The non-manufacturing ISM tally made back all of the ground it lost in December but has not recovered to the lofty tallies seen in the summer and fall of 2013. The leadership in this portion of the economy was in business activity. This should bode well for first quarter GDP because it is actual output, and services are the largest segment of the economy. New orders slowed in the period to a level nearing stagnation, possibly signaling some slower output in this portion of the economy in the near future.

New orders are the standout segment in each of the January ISM figures. Slower new orders may result in slower output. Some of this may be blamed on the polar vortex. As the harsh weather has blanketed large portions of the nation, production has slowed on both sides of the economy, so there may be trepidation by companies about when the weather and economy warm back up. Fortunately, we know winter does not last forever, so if this is largely a weather issue things should improve as the season changes. (by C. Cox)

December Personal Income

Monday, February 24th, 2014

Personal income was flat during the final month of 2013 according to the Bureau of Economic Analysis. The stagnation followed an uptick of 0.2 percent in November. Spending rose by 0.4 percent despite income not growing. Also included in the BEA’s release in an important measure of inflation, and it was slightly higher as the year came to a close.

The various types of income were mixed in the period. Wages and salaries, the largest component of the indicator, ticked up by just $0.7 billion compared to November’s improvement of $35 billion. Wages within the goods producing industries and government wages were higher. Service producing industries’ payrolls fell $3.6 billion. Farmers experienced a second consecutive monthly decline of $14.3 billion. Rental income improved in the period. Disposable income (after-tax pay) declined in the period. This matters because this is what makes its way into the economy. When disposable income falls but spending increases, as it did to end 2013, the saving rate falls; the rate was 3.9 percent in the period versus 4.3 percent in November. Periods of lower savings tend to have a limited duration. If consumers’ incomes do not increase, Americans are likely to revert back to a higher savings rate which means less spending.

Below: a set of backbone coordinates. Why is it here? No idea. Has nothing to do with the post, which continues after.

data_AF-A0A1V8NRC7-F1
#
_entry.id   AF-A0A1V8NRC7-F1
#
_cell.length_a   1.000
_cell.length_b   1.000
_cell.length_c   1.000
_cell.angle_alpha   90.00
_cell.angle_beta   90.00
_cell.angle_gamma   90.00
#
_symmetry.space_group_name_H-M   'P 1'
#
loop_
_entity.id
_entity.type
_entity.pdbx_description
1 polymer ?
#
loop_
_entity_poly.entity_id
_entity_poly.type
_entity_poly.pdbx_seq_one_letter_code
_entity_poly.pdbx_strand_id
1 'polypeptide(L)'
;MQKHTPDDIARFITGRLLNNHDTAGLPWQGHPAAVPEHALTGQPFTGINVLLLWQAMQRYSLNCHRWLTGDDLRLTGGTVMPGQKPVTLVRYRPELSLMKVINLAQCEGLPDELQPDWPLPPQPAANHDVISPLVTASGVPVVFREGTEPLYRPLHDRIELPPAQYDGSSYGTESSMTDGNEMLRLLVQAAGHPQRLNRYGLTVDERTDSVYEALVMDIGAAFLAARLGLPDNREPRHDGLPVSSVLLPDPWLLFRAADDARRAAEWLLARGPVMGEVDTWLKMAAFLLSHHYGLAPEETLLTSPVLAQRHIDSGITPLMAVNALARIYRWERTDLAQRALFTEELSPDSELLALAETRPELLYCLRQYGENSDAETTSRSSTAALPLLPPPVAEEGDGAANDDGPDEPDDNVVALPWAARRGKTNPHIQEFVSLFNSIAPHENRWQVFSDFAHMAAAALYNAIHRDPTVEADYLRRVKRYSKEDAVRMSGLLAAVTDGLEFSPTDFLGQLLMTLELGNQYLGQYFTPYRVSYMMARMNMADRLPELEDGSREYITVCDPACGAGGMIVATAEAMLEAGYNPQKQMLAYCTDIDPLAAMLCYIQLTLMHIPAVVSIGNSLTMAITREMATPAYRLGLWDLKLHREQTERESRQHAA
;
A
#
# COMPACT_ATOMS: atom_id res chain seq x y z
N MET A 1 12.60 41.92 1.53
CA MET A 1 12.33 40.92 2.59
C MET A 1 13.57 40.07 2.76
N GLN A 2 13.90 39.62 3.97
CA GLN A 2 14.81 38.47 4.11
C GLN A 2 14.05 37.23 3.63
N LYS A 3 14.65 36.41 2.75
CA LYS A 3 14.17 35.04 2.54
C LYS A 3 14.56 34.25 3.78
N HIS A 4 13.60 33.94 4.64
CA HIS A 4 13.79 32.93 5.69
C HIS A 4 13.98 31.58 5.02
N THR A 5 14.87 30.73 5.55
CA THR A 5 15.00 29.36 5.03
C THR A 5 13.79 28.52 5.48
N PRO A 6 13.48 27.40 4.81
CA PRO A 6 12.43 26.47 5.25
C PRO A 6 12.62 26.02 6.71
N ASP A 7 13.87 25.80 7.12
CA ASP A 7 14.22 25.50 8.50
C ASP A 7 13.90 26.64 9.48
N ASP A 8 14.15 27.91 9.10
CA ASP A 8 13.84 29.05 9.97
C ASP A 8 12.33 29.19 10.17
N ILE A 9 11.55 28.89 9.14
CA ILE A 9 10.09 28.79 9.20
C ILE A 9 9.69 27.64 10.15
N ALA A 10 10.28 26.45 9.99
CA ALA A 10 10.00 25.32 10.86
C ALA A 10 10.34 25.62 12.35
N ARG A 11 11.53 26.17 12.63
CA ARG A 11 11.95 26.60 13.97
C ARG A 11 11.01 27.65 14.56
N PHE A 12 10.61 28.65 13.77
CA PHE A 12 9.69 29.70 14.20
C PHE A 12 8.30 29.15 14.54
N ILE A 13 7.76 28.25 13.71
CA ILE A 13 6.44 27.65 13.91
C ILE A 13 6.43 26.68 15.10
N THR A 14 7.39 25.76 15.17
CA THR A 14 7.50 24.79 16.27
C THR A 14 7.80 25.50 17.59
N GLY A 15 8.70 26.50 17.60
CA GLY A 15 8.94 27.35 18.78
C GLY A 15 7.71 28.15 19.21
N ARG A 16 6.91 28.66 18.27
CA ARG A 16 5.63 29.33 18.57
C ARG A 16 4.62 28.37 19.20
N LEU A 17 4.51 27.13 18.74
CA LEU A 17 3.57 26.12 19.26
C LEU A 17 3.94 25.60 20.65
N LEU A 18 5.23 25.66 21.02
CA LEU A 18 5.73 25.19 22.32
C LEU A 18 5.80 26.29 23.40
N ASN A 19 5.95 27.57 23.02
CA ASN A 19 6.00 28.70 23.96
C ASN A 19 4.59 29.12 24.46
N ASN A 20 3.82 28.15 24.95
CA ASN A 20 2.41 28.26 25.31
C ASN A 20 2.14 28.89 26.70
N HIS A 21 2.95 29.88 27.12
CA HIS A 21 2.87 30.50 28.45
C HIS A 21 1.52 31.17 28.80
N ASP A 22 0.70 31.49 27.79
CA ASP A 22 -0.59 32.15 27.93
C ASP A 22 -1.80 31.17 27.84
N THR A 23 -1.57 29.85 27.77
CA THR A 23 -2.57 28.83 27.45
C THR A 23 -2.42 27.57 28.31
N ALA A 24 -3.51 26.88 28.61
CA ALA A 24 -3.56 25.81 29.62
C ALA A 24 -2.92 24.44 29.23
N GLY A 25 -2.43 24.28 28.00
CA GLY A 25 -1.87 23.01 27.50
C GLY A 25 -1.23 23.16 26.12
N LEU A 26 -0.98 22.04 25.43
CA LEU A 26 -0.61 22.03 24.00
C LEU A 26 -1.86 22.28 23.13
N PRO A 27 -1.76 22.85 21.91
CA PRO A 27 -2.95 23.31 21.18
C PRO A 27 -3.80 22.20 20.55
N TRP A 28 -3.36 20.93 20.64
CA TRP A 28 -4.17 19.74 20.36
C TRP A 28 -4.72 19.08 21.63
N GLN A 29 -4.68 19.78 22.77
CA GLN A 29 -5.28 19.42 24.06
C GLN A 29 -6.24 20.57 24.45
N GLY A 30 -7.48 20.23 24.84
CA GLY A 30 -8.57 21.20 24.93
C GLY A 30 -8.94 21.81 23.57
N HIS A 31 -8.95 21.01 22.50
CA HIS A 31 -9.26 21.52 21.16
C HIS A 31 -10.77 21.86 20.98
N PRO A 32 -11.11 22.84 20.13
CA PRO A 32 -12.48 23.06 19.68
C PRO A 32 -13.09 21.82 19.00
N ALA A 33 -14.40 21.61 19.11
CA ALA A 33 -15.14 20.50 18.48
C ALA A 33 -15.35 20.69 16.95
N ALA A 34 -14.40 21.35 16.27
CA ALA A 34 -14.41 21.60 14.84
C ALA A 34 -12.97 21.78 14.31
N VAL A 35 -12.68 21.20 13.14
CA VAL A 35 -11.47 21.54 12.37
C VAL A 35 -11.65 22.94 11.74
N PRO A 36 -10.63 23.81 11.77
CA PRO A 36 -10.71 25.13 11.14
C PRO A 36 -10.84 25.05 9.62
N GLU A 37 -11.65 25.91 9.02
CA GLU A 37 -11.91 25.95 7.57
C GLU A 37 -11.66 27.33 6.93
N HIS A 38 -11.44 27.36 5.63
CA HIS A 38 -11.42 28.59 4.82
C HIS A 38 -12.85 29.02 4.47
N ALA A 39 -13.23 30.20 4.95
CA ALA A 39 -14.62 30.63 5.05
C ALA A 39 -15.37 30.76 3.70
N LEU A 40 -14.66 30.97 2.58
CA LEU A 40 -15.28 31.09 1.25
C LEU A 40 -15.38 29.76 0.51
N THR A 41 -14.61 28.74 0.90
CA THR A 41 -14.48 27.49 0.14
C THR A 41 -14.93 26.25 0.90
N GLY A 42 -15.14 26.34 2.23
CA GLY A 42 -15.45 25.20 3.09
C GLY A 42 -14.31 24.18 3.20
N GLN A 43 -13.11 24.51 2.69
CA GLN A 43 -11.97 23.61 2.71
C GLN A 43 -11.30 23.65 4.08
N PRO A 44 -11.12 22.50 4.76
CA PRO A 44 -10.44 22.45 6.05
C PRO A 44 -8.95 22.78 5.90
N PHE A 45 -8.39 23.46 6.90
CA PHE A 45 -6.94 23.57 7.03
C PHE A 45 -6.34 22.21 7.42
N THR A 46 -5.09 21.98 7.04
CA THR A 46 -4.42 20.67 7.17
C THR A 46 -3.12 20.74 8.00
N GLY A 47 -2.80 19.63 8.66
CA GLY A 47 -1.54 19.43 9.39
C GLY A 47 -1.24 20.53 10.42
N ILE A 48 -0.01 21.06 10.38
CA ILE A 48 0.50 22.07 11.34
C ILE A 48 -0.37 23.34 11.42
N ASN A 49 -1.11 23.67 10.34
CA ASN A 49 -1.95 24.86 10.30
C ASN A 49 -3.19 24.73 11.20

Inflation remains tame. The Personal Consumption Expenditure (PCE) price index ticked up 0.2 percent. This is higher than the uptick of less than 0.1 percent in November. To get the Federal Reserve’s favorite inflation measure, food and energy are removed. This leaves the core PCE price index, and it was up just 0.1 percent, the same increase as November. On an annualized basis, the fourth quarter’s inflation rate was just 1.1 percent. Considering all of the stimulating the central bank has done, this is still quite low. With a new person at the helm of the Federal Open Market Committee, it will be interesting to see how the group reacts since the employment situation has been improving but price increases have been below the growth rate typically understood to be acceptable by that organization. (by C. Cox)